I liked her right away. From the moment she threw her arms around me at the airport in a firm, energetic hug, I knew we would be friends.
“Me, I remember when you first came to Kenya, you gave me a hug, too!” Irene recalled after we dropped Faith off at Shalom Guest House in Nairobi.
“I felt like we were old friends by the time I got here,” I smiled, defending my actions, “I was so happy to finally meet you. I’m sure Faith felt the same way.”
“She will be a good volunteer.” Irene stated firmly. “You know when you just know something? Like, when I first met Faith, I know right away that she will be a good volunteer.”
“Well, she certainly will be busy this week.”
“She has no idea!” Irene chuckled, almost deviously, and shook her head. “She is going to fall in love with Kenya! You watch!”
I don’t think that Faith Beltz had any expectations for her week in the Rift Valley, thus avoiding one of the biggest challenges that face new volunteers. As Irene always warns GVN volunteers at orientation, “Whatever expectations you have, forget them. Look around you, you are in Kenya.”
Armed with her huge red backpack full of prenatal vitamins, medical references and portable midwifery equipment, Faith was ready for whatever Kenya threw at her. “I am prepared to carry water for expectant mothers,” she explained, “I’m also prepared to deliver a baby, if need be.” Faith smiled as she heaved her backpack into the backseat of the van.
During our week in the Rift Valley, working primarily at Giwa Farm but also stopping by Pipeline and Kikopey, Faith was immediately accepted by the women at the camps. Faith is the kind of woman whom one immediately trusts. She is soft spoken and pensive, a good listener and reassuring. And, most importantly, she is genuinely able to connect with people, despite language barriers and cultural differences. Faith wasted no time and got right to work, examining women and young babies, listening to complaints and giving wise, motherly advice. She gave out prenatal vitamins, went to the chemist in Nakuru to purchase antibiotics and reassured her patients that their babies were doing well. She even had equipment with her which allowed the mothers to hear the heartbeats of their unborn babies. For women who often only go to the clinic once before having their child, this was truly an amazing moment.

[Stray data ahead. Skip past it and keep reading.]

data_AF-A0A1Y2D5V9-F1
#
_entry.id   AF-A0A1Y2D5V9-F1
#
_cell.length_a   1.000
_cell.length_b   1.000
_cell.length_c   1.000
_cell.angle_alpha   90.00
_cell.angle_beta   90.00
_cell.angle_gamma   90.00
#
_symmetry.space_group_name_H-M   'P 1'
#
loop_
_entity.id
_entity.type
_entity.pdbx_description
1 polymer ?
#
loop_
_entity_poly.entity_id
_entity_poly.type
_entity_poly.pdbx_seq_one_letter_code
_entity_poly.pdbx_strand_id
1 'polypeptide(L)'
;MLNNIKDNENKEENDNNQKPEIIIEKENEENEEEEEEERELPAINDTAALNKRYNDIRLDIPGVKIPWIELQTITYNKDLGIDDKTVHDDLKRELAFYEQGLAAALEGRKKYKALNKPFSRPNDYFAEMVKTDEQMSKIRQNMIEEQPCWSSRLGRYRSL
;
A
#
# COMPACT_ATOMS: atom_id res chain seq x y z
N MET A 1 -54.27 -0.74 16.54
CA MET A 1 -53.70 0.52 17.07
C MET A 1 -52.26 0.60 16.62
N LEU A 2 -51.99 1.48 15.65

One thing I am constantly hearing from IDP’s is how encouraging and important it is to have volunteers come and work within their communities. “You volunteers, you really motivate us,” Millie explained in between translation duties, “you keep us going and you give us hope. It means so much to us that people like you would leave your country and come all the way to Kenya to help us. We are really, very grateful to you.”
The irony of Faith’s name seemed so obvious to me throughout our visit. Faith was bringing faith and hope and security to these women. By journeying to Kenya and bringing her supplies and equipment, Faith was more of a blessing than she could ever know. And the fact that she plans to return in a few short months with her daughter, Grace, and stay half a year at the camp – well, that’s just the icing on top.
“IDP’s are very vulnerable people,” Irene always explains, “they’ve been through so much and visitors, they come to the camps and promise things, and not everything that they are promised happens. That is why when volunteers come and stay at the camp and work within the community, it really helps them and shows them that people haven’t given up on them.” To have a volunteer like Faith not only stay with the IDP’s, but return to them is more meaningful than we could ever truly understand.
By working closely with the residents and temporarily relocating to the camp, Faith showed that she has faith in the community, their future and their success. And by having Faith these amazing, beautiful and strong women will have hope, health and a brighter future.